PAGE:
‘It’s basically not been touched’: foodpanda and Deliveroo join menagerie of online food delivery start-ups vying for Hong Kong’s nearly virgin market
There’s a battle playing out on the streets of Hong Kong between pandas and kangaroos - or at least icons shaped like these on bikes and satchels - as online food delivery companies vie for market share.
Frankfurt-listed Rocket Internet’s four-year-old online takeout delivery start-up foodpanda and recent arrival Deliveroo, a British start-up, are among a growing number of companies trying to tempt hungry Hongkongers to order meals online.
These two companies have ramped up their marketing recently by deploying people dressed as pandas and kangaroos, respectively, to drum up interest.
But a third major player, Delivery.com, which originally hails from New York, avoided using any animals in its ads when it expanded its corporate food delivery service to include individual customers last April.
All three say they chose Hong Kong in light of the territory’s high density, generous incomes and rapid adoption of new technology.
“This is a lifestyle thing. It’s a convenient way to eat,” said Justin Landsberger, one of two general managers for Deliveroo in the city.
“Hong Kong is a time-constrained city. People work hard and people play hard, so when you know you can get your food in 30 minute, it’s attractive to a lot of people.”
Euromonitor estimates the food delivery market in Hong Kong from outlets without seating will be worth HK$423.2 million (US$54.43 million) in 2016, while Foodpanda’s sister company Foodora claims the market has already hit HK$2 billion.
Companies like these provide online ordering online or on mobile from restaurants near a user’s location. More areas are being covered, but the services remain largely focused on the central and western parts of Hong Kong Island.
Despite being something of a latecomer to the local food delivery industry, Landsberger said Deliveroo, which launched in Hong Kong in November on the back of US$100 million funding, was focussing on its services for customers and restaurants.
“If we are not successful in Hong Kong or in Asia, it’s because we did something wrong. It’s not because someone [else[ did something better,” he said.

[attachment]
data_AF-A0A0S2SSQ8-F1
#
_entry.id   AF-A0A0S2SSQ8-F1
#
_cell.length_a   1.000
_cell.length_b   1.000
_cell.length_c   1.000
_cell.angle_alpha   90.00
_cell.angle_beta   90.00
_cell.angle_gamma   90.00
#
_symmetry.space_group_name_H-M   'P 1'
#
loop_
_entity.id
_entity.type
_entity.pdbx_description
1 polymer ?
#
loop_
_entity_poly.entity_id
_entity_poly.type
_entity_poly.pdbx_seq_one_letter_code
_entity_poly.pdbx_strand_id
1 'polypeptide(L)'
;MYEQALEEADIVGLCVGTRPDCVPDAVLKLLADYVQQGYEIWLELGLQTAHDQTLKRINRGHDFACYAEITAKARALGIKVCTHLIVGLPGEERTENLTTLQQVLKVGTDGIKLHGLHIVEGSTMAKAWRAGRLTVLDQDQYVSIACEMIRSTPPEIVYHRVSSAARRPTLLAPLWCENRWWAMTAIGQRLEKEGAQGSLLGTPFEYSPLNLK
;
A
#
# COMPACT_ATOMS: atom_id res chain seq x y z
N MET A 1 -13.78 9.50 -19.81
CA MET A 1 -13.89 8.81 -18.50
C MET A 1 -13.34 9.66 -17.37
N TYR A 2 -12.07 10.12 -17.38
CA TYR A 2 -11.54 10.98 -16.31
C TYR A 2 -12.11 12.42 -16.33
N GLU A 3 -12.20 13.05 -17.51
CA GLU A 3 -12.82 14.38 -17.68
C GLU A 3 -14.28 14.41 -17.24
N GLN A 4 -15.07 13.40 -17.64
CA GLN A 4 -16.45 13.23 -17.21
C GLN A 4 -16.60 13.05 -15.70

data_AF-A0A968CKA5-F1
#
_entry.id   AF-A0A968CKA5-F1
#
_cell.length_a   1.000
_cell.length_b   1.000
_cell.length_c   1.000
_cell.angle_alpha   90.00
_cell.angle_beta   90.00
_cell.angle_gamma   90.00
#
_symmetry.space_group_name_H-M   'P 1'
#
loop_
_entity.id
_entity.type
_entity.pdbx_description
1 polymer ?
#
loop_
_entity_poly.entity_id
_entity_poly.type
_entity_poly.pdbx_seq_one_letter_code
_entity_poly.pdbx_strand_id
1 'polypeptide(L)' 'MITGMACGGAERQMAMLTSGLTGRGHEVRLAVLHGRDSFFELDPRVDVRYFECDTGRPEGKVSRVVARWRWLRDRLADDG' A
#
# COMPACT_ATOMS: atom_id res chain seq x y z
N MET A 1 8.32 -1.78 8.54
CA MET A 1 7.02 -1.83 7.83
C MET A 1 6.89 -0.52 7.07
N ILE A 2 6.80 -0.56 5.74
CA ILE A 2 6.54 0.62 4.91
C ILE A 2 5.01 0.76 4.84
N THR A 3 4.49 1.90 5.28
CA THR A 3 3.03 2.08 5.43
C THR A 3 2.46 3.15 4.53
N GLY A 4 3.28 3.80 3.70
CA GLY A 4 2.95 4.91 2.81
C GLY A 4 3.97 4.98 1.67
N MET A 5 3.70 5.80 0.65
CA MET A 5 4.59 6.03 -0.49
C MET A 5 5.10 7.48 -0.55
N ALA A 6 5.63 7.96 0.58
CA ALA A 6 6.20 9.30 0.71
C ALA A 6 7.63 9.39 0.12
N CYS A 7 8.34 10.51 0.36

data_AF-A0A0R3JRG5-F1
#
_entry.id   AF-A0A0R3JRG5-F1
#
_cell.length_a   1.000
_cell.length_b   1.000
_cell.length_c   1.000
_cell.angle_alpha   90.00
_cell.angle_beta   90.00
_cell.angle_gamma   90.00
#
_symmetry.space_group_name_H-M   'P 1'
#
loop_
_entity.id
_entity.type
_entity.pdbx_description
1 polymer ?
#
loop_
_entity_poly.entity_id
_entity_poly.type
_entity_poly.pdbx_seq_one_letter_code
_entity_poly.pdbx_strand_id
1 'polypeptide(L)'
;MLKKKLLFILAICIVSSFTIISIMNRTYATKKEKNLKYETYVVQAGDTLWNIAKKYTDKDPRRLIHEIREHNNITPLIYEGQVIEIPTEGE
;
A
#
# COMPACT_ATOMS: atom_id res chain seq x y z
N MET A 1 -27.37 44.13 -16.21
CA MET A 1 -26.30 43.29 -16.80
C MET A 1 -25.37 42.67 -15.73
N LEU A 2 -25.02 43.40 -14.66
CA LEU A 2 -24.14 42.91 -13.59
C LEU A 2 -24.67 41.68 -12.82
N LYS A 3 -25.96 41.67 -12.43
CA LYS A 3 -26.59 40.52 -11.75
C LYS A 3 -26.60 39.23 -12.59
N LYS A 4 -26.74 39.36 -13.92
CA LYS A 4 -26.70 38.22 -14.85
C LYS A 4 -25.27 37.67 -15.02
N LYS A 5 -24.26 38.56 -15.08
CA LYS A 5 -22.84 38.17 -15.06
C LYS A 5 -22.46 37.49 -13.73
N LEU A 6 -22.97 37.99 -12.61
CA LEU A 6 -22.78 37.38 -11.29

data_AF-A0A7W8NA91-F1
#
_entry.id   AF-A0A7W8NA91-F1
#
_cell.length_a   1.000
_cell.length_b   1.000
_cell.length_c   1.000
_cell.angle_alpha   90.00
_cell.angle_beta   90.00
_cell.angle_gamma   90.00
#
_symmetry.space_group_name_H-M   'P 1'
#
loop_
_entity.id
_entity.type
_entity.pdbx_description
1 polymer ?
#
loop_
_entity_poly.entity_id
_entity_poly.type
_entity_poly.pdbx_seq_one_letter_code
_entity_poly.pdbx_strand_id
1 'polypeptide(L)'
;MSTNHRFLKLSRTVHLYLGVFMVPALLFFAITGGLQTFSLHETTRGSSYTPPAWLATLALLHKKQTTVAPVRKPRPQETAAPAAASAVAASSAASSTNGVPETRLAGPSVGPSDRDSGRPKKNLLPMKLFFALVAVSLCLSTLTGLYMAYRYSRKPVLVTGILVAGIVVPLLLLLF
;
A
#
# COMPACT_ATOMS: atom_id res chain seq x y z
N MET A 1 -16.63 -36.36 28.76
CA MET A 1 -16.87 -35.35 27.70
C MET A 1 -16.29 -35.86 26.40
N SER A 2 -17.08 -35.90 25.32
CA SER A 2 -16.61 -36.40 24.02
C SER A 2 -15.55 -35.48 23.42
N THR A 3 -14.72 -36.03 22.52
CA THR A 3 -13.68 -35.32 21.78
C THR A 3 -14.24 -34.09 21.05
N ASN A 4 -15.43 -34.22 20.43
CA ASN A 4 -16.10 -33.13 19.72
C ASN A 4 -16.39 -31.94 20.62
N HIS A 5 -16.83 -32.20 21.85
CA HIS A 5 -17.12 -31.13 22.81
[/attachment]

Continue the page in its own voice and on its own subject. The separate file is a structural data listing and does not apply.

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Foodpanda launched in Hong Kong 18 months ago and quickly acquired local food-ordering companies Koziness and Maidan. It was joined by sister company foodora in September to offer deliveries from more high-end restaurants.
However, Foodpanda felt compelled to lay off 300 employees in India and close its Vietnam operation late last year, suggesting it has struggled or at least overestimated some markets in Asia.
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Foodpanda and foodora have now merged in Hong Kong to build on heavy investments made in the past 12 months, said Alexander Roth, the managing director of foodpanda’s local operations.
“The market is still gigantic in Hong Kong. It’s basically not been touched. That’s how we see it,” Roth said.
“So I think it’s still very small and can grow very, very rapidly.”
Roth said the company holds the No 1 spot in most of the 28 countries it operates in and is not concerned with rivals.
But Foodpanda and foodora recently announced they would cut their delivery times from one hour to 30 minutes, which analysts see as a bid to stay competitive with Deliveroo, which vows to get customers their food within 32 minutes.
The market is now being closely watched by James Giancotti, the CEO of start-ups rating company Oddup. He said he is interested to see the returns on these companies’ investment in marketing.
“Of course all these start-ups are chasing the same small market, so it will be interesting if the model takes off in Hong Kong,” Giancotti said.
“Our view is that Hong Kong is not the best market for this type of service given the ease of access as a city.”
Delivery.com, which now sees an equal split between corporate and individual orders, views the increasing number of delivery companies as a sign of a healthy market. It said it is encouraged by its continuing growth.
“It means merchants care about delivery, because they see rents are increasing, competition is fierce and this is another channel for them to sell to customers,” said Delivery.com’s head of sales and business development Linda Wang.
Chef and restaurant co-founder Peter Cuong Franklin said his restaurant, Viet Kitchen, has been using most of the major online food delivery services over the past three months.
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He said these have boosted his sales by about 10 per cent as they reach new customers, or those unable to make it to the brick-and-mortar venue in Central.
He said service standards at his restaurant have also improved, such as shorter delivery times, as competition has increased. But he is unsure how long this can continue.
“The need is there and the competition is good, but I think there’s going to be a filtering-out process because Hong Kong isn’t a huge place, so it cannot maintain that many delivery companies.”
Meanwhile, Dim Sum restaurant Ding Dim 1968 has been offering deliveries through Delivery.com since last September. It also works with foodpanda.
Alex Chau, Ding Dim’s self-titled “Dimsum Advocate”, said the services have brought in up to 15 per cent more orders, but that commission of around 35 per cent on orders squeezes his already tight margins.
“I’m sure they can bring in customers, because they have a customer base, but [the commission] really eats into our revenue, which means we can’t do every single order and keep losing money. It’s not worth it,” Chau said.